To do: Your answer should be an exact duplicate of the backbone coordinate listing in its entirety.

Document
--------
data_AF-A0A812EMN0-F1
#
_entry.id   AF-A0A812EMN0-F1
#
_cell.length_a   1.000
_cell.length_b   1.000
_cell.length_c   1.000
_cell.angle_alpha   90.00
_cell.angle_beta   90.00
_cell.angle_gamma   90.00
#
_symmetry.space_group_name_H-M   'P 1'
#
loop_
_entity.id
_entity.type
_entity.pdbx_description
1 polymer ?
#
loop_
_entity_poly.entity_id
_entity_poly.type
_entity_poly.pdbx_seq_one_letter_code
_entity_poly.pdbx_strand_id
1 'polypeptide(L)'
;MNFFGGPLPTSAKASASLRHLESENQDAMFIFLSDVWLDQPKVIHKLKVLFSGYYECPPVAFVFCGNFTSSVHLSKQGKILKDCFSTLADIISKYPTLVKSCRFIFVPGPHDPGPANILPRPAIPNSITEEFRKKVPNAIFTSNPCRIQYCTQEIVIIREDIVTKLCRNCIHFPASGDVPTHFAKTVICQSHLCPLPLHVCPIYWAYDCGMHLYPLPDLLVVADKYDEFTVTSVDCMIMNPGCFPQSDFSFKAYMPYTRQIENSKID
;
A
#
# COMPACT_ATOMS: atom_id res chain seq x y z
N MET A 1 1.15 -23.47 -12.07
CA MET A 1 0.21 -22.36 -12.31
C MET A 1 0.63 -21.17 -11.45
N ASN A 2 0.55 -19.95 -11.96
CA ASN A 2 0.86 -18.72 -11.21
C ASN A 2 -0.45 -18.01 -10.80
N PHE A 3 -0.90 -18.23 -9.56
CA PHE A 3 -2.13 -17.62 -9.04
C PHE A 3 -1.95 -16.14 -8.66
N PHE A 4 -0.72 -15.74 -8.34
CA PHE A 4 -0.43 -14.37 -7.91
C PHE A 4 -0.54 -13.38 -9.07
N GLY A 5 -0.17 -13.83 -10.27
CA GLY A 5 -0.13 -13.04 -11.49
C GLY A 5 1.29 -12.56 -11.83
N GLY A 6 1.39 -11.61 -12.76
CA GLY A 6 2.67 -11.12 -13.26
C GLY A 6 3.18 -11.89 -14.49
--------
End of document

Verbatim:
data_AF-A0A812EMN0-F1
#
_entry.id   AF-A0A812EMN0-F1
#
_cell.length_a   1.000
_cell.length_b   1.000
_cell.length_c   1.000
_cell.angle_alpha   90.00
_cell.angle_beta   90.00
_cell.angle_gamma   90.00
#
_symmetry.space_group_name_H-M   'P 1'
#
loop_
_entity.id
_entity.type
_entity.pdbx_description
1 polymer ?
#
loop_
_entity_poly.entity_id
_entity_poly.type
_entity_poly.pdbx_seq_one_letter_code
_entity_poly.pdbx_strand_id
1 'polypeptide(L)'
;MNFFGGPLPTSAKASASLRHLESENQDAMFIFLSDVWLDQPKVIHKLKVLFSGYYECPPVAFVFCGNFTSSVHLSKQGKILKDCFSTLADIISKYPTLVKSCRFIFVPGPHDPGPANILPRPAIPNSITEEFRKKVPNAIFTSNPCRIQYCTQEIVIIREDIVTKLCRNCIHFPASGDVPTHFAKTVICQSHLCPLPLHVCPIYWAYDCGMHLYPLPDLLVVADKYDEFTVTSVDCMIMNPGCFPQSDFSFKAYMPYTRQIENSKID
;
A
#
# COMPACT_ATOMS: atom_id res chain seq x y z
N MET A 1 1.15 -23.47 -12.07
CA MET A 1 0.21 -22.36 -12.31
C MET A 1 0.63 -21.17 -11.45
N ASN A 2 0.55 -19.95 -11.96
CA ASN A 2 0.86 -18.72 -11.21
C ASN A 2 -0.45 -18.01 -10.80
N PHE A 3 -0.90 -18.23 -9.56
CA PHE A 3 -2.13 -17.62 -9.04
C PHE A 3 -1.95 -16.14 -8.66
N PHE A 4 -0.72 -15.74 -8.34
CA PHE A 4 -0.43 -14.37 -7.91
C PHE A 4 -0.54 -13.38 -9.07
N GLY A 5 -0.17 -13.83 -10.27
CA GLY A 5 -0.13 -13.04 -11.49
C GLY A 5 1.29 -12.56 -11.83
N GLY A 6 1.39 -11.61 -12.76
CA GLY A 6 2.67 -11.12 -13.26
C GLY A 6 3.18 -11.89 -14.49